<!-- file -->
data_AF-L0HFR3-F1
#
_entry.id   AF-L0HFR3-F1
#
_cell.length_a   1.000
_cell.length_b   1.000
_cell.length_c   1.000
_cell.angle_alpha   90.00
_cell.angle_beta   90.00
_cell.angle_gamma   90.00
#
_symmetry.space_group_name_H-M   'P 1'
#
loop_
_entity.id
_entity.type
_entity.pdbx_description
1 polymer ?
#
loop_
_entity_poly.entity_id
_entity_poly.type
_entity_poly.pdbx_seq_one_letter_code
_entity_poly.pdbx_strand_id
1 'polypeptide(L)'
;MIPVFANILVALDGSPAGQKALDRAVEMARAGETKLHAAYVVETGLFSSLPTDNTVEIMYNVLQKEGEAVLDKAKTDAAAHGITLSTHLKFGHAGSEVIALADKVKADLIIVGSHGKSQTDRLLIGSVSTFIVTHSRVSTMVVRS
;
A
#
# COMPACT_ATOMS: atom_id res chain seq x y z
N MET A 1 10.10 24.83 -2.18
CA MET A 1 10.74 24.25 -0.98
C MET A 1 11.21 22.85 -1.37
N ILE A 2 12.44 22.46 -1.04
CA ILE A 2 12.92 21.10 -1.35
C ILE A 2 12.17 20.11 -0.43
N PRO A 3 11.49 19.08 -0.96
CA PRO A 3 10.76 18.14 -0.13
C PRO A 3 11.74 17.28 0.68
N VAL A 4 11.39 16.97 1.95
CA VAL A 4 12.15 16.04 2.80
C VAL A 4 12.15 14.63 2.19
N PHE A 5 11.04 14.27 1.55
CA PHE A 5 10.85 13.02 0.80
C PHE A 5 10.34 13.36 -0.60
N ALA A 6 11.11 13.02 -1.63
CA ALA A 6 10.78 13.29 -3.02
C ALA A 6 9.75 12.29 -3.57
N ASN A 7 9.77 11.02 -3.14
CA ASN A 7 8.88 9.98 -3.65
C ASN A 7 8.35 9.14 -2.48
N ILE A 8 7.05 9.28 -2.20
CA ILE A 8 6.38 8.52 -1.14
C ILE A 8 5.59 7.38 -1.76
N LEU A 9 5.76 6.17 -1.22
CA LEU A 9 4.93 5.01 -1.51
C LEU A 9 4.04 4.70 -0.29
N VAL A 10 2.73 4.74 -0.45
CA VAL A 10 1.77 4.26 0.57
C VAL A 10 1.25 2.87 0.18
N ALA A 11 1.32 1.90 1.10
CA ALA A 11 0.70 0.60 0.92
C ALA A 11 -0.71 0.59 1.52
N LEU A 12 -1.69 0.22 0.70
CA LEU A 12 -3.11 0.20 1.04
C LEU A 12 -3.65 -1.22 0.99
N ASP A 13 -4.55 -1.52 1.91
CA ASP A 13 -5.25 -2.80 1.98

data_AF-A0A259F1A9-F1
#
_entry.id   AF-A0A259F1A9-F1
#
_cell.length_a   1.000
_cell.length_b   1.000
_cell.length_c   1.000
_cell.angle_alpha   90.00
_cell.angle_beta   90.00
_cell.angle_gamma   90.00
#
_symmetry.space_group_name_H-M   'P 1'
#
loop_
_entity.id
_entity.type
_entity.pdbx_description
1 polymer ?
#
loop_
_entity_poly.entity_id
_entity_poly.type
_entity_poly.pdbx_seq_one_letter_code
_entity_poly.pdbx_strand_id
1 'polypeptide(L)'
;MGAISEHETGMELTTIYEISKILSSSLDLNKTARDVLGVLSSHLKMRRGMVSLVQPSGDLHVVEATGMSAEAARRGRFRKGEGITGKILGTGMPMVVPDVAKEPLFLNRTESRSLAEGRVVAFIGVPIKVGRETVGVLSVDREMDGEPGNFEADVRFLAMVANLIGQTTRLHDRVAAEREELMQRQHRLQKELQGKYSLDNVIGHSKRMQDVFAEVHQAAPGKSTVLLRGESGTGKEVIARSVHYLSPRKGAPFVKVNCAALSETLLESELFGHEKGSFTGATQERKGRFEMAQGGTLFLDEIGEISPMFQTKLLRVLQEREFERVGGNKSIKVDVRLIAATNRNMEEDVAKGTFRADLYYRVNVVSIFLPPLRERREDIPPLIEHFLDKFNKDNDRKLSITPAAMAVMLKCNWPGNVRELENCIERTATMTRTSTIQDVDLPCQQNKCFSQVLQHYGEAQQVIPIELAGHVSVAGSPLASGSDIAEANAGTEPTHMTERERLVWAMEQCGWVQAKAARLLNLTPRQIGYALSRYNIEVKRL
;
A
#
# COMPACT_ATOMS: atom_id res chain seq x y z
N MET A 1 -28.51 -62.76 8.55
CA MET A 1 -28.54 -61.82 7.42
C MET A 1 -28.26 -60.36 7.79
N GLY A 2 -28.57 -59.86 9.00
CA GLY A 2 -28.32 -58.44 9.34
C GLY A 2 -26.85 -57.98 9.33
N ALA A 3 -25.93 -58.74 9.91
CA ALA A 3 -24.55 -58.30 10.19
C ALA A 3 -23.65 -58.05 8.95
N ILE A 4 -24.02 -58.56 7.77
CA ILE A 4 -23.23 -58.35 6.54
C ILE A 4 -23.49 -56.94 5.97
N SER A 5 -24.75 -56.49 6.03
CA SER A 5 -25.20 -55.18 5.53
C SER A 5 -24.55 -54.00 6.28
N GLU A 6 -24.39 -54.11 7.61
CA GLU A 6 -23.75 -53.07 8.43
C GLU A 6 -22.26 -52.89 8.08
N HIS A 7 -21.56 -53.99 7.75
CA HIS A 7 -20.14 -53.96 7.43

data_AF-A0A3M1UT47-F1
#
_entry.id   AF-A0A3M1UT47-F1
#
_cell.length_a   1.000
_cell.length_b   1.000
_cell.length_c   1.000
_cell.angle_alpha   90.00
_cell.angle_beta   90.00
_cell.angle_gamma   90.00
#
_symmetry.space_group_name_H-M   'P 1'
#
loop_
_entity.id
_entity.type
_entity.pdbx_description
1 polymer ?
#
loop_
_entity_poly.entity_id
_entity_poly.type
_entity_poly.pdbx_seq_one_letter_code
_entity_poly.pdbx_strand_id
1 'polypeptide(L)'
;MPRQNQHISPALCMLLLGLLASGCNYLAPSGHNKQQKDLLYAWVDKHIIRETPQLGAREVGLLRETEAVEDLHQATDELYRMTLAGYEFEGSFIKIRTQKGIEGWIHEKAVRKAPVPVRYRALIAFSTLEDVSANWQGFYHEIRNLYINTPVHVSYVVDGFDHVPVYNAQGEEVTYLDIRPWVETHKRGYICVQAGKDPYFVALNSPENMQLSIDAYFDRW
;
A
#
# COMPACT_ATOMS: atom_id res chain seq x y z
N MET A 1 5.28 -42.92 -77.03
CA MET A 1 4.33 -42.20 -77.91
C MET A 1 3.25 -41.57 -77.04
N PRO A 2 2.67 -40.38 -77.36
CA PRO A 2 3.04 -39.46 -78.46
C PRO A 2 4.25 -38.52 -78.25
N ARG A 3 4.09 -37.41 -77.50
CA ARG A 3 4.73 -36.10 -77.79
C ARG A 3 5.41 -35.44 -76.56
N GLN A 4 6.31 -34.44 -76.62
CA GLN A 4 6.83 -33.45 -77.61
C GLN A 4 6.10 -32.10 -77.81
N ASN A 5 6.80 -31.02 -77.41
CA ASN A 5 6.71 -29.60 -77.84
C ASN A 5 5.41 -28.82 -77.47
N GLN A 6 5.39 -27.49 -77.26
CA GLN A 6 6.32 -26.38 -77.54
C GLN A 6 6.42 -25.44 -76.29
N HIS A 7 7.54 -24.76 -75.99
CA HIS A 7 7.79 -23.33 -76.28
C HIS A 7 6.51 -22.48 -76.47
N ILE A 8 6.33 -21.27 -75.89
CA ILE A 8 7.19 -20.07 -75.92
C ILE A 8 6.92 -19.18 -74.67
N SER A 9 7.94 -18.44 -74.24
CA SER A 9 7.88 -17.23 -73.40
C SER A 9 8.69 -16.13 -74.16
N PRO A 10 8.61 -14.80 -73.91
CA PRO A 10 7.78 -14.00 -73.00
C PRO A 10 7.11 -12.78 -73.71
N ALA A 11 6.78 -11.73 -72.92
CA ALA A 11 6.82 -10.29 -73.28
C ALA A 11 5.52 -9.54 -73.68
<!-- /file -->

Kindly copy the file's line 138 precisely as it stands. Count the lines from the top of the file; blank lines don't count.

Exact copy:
loop_